When run today this the outcome:
It doesn't really show which combination of badges is rare but it feels that question is more suited for a statistical analysis package then a SQL query. Or I'm not that good with SQL after all.
Cool, thanks) The only missing thing is I wanted "at least 4 Stewards" but substituting
where [Steward] = 4with
where [Steward] >= 4works as expected– YakovLFeb 1, 2018 at 9:02
Yep, that is correct, you can now use simple boolean logic in the where clause for each badge.– reneFeb 1, 2018 at 9:04
You can do this with the Data Explorer. As an example, see the Users eligible for 2011 Stack Overflow moderator elections query:
-- Users eligible for 2011 Stack Overflow moderator elections -- All users which have the necessary reputation and badges for the 2011 Stack Overflow Moderator election taking part at the end of the year. Select Id, DisplayName, Reputation from Users where Reputation > 3000 and exists (Select Id from Badges b where b.UserId = Users.Id and b.Name = 'Civic Duty') and exists (Select Id from Badges b where b.UserId = Users.Id and b.Name = 'Strunk & White') and exists (Select Id from Badges b where b.UserId = Users.Id and b.Name = 'Deputy') and exists (Select Id from Badges b where b.UserId = Users.Id and b.Name = 'Convention') and exists (Select Id from Badges b where b.UserId = Users.Id and b.Name = 'Yearling') order by DisplayName asc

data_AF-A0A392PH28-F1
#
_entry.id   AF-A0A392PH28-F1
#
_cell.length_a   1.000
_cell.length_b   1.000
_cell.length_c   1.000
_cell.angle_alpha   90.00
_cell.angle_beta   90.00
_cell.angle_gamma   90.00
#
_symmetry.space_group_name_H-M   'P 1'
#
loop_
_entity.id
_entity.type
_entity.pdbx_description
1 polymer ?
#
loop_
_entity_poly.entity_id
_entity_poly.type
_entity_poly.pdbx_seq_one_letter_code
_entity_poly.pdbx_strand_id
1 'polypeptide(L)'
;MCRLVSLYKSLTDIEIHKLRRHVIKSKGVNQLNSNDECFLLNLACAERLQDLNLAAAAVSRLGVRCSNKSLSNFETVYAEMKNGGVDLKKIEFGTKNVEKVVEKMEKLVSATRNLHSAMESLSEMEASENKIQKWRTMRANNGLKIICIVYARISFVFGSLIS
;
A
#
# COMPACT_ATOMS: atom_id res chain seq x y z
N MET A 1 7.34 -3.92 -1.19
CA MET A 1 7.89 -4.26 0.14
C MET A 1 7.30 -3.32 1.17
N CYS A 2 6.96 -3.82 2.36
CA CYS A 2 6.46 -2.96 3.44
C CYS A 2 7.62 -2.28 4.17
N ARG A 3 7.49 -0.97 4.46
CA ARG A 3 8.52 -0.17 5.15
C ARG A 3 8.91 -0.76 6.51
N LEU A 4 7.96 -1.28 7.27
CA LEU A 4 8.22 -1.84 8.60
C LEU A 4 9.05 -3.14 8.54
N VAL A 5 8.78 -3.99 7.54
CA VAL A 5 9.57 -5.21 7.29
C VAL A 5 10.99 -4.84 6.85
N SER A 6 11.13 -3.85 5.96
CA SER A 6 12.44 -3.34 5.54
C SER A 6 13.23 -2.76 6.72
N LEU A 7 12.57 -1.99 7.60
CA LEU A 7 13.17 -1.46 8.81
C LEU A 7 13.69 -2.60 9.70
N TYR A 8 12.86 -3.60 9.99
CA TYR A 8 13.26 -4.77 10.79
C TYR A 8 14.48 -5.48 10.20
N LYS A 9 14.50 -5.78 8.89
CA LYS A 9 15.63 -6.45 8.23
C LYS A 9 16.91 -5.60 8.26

12Or with fewer subqueries data.stackexchange.com/stackoverflow/query/794071/… Jan 29, 2018 at 22:14
Could you please suggest a query for users having mulptiple badges with the same name? Obviously, adding one more line with
and existsand the same badge name won't work, but last time I dealt with SQL was many years ago, so it's not that simple for me. I've tried to modify Martin's query like this data.stackexchange.com/stackoverflow/query/edit/795208 and that worked for "4 Steward badges" but obviously "4 Steward badges and 1 Unsung Hero" are not searched properly – this also counts "5 Steward badges" guys– YakovLJan 31, 2018 at 16:07
@YakovL I think I finally understood what you need so I edited my answer to add what you describe in your comment. Please check if that matches your needs. (sorry Stijn)– reneJan 31, 2018 at 21:48
@YakovL Sounds like it's time for you to learn SQL. =)– jpmc26Jan 31, 2018 at 22:28
@rene I don't mind :) Feb 1, 2018 at 0:09
Sure. You can author a SEDE query to extract the data you want.
Here's a simple query which shows users with the "Good Answer" badge. You'll have you adapt the SQL to fit what you're exactly looking for, though.